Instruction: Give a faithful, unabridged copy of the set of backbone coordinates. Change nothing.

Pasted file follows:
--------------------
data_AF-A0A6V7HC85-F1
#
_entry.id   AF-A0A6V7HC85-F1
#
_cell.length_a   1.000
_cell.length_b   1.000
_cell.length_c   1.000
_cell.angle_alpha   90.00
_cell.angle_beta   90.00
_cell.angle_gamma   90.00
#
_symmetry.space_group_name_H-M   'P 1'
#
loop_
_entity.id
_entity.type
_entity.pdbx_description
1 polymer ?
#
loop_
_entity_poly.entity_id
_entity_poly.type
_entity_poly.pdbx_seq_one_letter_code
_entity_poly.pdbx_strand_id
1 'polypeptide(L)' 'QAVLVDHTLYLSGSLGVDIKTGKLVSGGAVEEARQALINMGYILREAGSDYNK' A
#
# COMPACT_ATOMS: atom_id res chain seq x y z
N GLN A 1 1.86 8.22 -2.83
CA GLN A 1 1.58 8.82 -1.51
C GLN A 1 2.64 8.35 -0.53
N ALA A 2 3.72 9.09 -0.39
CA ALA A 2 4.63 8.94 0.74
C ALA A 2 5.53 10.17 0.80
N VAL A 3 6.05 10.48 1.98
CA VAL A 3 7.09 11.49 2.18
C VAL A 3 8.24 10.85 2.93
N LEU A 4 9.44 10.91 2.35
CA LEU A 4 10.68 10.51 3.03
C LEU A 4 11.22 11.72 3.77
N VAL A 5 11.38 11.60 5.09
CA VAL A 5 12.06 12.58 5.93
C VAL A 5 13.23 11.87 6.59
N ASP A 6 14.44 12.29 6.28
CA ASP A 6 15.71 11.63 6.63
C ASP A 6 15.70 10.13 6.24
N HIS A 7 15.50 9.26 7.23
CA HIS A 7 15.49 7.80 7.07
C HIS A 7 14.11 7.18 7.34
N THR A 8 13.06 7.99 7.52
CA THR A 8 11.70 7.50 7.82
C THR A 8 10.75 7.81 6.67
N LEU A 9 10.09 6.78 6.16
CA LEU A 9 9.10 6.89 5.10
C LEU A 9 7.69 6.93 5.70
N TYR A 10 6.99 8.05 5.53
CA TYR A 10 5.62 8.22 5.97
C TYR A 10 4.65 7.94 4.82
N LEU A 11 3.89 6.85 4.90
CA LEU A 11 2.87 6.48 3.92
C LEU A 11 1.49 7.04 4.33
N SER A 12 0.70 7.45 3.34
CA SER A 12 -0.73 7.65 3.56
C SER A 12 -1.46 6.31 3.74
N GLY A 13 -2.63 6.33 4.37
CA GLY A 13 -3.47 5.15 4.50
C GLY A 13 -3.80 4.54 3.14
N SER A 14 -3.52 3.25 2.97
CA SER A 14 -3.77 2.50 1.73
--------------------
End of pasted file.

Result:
data_AF-A0A6V7HC85-F1
#
_entry.id   AF-A0A6V7HC85-F1
#
_cell.length_a   1.000
_cell.length_b   1.000
_cell.length_c   1.000
_cell.angle_alpha   90.00
_cell.angle_beta   90.00
_cell.angle_gamma   90.00
#
_symmetry.space_group_name_H-M   'P 1'
#
loop_
_entity.id
_entity.type
_entity.pdbx_description
1 polymer ?
#
loop_
_entity_poly.entity_id
_entity_poly.type
_entity_poly.pdbx_seq_one_letter_code
_entity_poly.pdbx_strand_id
1 'polypeptide(L)' 'QAVLVDHTLYLSGSLGVDIKTGKLVSGGAVEEARQALINMGYILREAGSDYNK' A
#
# COMPACT_ATOMS: atom_id res chain seq x y z
N GLN A 1 1.86 8.22 -2.83
CA GLN A 1 1.58 8.82 -1.51
C GLN A 1 2.64 8.35 -0.53
N ALA A 2 3.72 9.09 -0.39
CA ALA A 2 4.63 8.94 0.74
C ALA A 2 5.53 10.17 0.80
N VAL A 3 6.05 10.48 1.98
CA VAL A 3 7.09 11.49 2.18
C VAL A 3 8.24 10.85 2.93
N LEU A 4 9.44 10.91 2.35
CA LEU A 4 10.68 10.51 3.03
C LEU A 4 11.22 11.72 3.77
N VAL A 5 11.38 11.60 5.09
CA VAL A 5 12.06 12.58 5.93
C VAL A 5 13.23 11.87 6.59
N ASP A 6 14.44 12.29 6.28
CA ASP A 6 15.71 11.63 6.63
C ASP A 6 15.70 10.13 6.24
N HIS A 7 15.50 9.26 7.23
CA HIS A 7 15.49 7.80 7.07
C HIS A 7 14.11 7.18 7.34
N THR A 8 13.06 7.99 7.52
CA THR A 8 11.70 7.50 7.82
C THR A 8 10.75 7.81 6.67
N LEU A 9 10.09 6.78 6.16
CA LEU A 9 9.10 6.89 5.10
C LEU A 9 7.69 6.93 5.70
N TYR A 10 6.99 8.05 5.53
CA TYR A 10 5.62 8.22 5.97
C TYR A 10 4.65 7.94 4.82
N LEU A 11 3.89 6.85 4.90
CA LEU A 11 2.87 6.48 3.92
C LEU A 11 1.49 7.04 4.33
N SER A 12 0.70 7.45 3.34
CA SER A 12 -0.73 7.65 3.56
C SER A 12 -1.46 6.31 3.74
N GLY A 13 -2.63 6.33 4.37
CA GLY A 13 -3.47 5.15 4.50
C GLY A 13 -3.80 4.54 3.14
N SER A 14 -3.52 3.25 2.97
CA SER A 14 -3.77 2.50 1.73